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Private Use on Musical Works, Rights of Public
Performance, and Collecting Society Systems.
By' Judge Visit Sripibool
Copyright owners may claim the property right is an original right of human being but it would be noted that even though the property right exist everywhere, what is necessary about them is just that some exist. It appears that many specific systems of ownership are compatible with any set of environmental conditions and social structures. (4)This paper will show some aspects of difference, some interesting concepts, and some important systems concerning the said topic of the paper.
Purposes of the Paper
This paper may probably be concentrated on the purposes as follow;
1 To make clear the concept of the exemption and the limitations of exclusive right of the copyright owners.
2 To show the concepts in laws and concerning cases on the issue of the limitations of the exclusive right occurred in European Countries and the United States of America.
3 To exemplify the current systems of collecting societies in European countries and the United States, problems, and the instances of cases.
This paper does not purport to deal with the complete all of data regarding aspects as such, but rather shows some of detail and ideas of interesting aspects in general.
For those purposes, that is necessary to talk about, in details, the concept of fair use or fair dealing, the concept of exhaustion of rights, and some of others, for the purpose of analyzing, or comparing with the main issues of the paper. Those concepts talk about the limitations of the exclusive right of the owner's rights. These will pave the way to understand a picture as a whole. Somehow, some of theories put in this paper seem to be ridiculous, but it will probably lead to the best way to move forward towards a full scale of the topics of the paper.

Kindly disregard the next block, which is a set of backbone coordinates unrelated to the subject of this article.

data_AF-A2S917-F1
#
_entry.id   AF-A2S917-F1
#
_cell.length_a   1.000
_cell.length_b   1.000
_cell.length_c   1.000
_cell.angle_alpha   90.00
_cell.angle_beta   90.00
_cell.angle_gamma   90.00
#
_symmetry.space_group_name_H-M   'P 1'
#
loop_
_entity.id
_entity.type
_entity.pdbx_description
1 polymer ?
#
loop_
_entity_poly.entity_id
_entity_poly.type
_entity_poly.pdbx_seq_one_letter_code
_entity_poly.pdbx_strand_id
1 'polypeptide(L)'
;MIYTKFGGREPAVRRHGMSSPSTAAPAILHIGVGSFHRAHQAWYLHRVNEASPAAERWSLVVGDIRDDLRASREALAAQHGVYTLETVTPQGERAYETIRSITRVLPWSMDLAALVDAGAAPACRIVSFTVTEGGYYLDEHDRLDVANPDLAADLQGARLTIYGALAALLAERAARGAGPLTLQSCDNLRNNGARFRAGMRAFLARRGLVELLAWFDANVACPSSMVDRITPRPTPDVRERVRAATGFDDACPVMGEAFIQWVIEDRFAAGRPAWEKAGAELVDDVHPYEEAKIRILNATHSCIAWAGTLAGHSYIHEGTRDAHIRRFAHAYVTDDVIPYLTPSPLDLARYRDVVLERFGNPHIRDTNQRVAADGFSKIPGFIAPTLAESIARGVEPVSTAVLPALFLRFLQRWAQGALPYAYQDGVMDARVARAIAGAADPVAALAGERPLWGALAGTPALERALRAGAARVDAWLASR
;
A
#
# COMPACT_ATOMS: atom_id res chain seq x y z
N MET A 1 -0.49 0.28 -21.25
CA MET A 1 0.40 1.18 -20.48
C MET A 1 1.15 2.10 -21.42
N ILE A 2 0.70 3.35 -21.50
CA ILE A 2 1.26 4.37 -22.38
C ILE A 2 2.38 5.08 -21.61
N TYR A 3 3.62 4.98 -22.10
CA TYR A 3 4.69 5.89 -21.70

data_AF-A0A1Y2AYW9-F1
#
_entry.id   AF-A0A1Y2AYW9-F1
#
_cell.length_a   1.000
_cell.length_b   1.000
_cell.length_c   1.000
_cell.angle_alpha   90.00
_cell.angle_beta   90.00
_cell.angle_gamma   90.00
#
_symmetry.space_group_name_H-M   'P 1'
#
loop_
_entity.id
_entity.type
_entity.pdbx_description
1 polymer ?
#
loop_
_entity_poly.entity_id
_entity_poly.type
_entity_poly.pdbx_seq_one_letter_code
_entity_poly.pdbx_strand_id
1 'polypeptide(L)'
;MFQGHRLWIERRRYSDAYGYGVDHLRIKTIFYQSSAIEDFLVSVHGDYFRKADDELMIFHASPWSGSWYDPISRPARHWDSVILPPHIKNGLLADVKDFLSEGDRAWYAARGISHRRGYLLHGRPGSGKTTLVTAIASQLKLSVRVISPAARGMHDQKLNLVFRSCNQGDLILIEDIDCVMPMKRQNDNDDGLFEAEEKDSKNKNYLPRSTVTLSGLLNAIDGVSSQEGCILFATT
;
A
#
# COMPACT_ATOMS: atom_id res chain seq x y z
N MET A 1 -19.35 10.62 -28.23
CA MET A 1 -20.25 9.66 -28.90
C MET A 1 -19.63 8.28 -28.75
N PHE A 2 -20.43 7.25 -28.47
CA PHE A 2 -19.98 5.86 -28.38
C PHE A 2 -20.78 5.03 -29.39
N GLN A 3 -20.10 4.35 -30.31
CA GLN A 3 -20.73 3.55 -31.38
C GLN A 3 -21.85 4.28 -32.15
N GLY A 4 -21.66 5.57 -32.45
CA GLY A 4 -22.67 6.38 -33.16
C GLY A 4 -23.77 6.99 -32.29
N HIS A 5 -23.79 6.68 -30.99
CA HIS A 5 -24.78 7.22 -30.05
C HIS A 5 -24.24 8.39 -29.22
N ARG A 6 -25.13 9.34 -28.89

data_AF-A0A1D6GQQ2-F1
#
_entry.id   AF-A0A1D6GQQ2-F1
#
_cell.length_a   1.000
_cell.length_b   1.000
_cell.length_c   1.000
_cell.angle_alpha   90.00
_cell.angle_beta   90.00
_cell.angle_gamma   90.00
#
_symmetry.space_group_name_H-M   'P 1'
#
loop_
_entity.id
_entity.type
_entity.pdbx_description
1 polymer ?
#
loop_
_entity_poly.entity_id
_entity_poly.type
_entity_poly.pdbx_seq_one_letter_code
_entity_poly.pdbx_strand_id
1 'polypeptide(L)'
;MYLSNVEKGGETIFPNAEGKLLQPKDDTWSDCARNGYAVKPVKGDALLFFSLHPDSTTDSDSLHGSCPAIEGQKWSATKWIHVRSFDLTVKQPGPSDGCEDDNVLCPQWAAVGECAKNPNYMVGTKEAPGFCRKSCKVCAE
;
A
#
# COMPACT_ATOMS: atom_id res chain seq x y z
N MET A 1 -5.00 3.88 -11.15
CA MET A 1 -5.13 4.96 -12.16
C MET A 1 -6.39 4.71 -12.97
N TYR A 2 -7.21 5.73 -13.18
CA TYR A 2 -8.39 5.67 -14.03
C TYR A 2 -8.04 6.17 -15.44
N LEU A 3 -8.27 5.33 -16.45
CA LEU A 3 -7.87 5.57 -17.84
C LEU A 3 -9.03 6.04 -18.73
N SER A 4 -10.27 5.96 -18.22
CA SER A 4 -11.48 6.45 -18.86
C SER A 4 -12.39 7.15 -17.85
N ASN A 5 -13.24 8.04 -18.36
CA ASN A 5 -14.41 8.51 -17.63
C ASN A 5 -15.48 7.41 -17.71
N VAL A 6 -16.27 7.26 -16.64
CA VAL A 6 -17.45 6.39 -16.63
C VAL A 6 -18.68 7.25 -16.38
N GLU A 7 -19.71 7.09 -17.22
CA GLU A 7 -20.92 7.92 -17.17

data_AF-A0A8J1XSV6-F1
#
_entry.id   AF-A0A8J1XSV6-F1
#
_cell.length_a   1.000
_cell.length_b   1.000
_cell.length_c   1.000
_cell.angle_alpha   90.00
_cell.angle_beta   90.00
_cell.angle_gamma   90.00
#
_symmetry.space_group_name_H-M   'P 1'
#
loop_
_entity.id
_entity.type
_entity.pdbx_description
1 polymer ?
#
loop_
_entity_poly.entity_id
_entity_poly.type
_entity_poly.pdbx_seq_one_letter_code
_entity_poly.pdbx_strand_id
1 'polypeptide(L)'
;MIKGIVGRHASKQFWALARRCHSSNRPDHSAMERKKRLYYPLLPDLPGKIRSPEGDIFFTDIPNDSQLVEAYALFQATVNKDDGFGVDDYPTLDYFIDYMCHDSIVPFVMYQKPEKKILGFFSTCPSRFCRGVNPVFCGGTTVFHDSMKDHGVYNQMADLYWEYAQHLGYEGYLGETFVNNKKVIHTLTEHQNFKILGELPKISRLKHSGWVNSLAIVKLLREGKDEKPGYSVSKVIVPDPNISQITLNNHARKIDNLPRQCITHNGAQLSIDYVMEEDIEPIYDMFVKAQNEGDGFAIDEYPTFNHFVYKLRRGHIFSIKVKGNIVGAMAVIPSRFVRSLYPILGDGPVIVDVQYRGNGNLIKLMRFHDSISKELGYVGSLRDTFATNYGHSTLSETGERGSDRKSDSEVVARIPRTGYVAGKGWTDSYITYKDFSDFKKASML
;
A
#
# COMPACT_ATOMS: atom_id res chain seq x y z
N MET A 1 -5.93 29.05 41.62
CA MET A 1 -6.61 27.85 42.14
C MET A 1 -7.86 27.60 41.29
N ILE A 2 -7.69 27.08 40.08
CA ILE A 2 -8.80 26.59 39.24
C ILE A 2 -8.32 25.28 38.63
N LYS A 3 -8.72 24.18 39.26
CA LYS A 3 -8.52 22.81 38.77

Why is the concept of fair use put here? Sometimes, it may be necessary to view the concept of fair use or fair dealing because these concepts exhaust the exclusive right of the copyright owners, and users are not infringed to the copyright law. In the uses of musical works, or in the way of public performance of musical works the concept of fair use or fair dealing may be brought to consider in case of no paying fee for such uses. Even though these concepts seem likely not related to the said topic in this paper but whenever the conflict of interest occurring, the court,(5) and even the WTO Panel (6)have always raised this issue to be considered.
Basically, in eighteenth-century terms, the concept of exclusive rights meant 'property' for property meant the right to exclude.(7)The author has economic expectations appropriately deriving from what society offered him or her in the copyright scheme. Similarly, society does not intend that the "exclusive right" language shall bar "appropriate use" of his or her work by others in the furtherance of progress of knowledge and the arts.(8) In common law system, the court will focus on the point of "normal expectation", namely, the court will probably decide whether the author's expectation of economic reward was or was not appropriate, and such a determination ought to coincide with a simultaneous judgment about whether society's expectation of denial of access was or was not appropriate. (9)
If so, how do we weight for the "appropriate use"? or what is the "normal expectation" of the author?.
In term of the "exclusive right", the concept in the United States fall into two groups: (1) copying rights (reproduction in copies, preparation of derivative works, and distribution of copies to the public); and (2) public performance and display rights. A copyright owner may separately grant authority for different exclusive rights. For example, a musical or dramatic work copyright owner may sell copies without authorizing public performance. (10)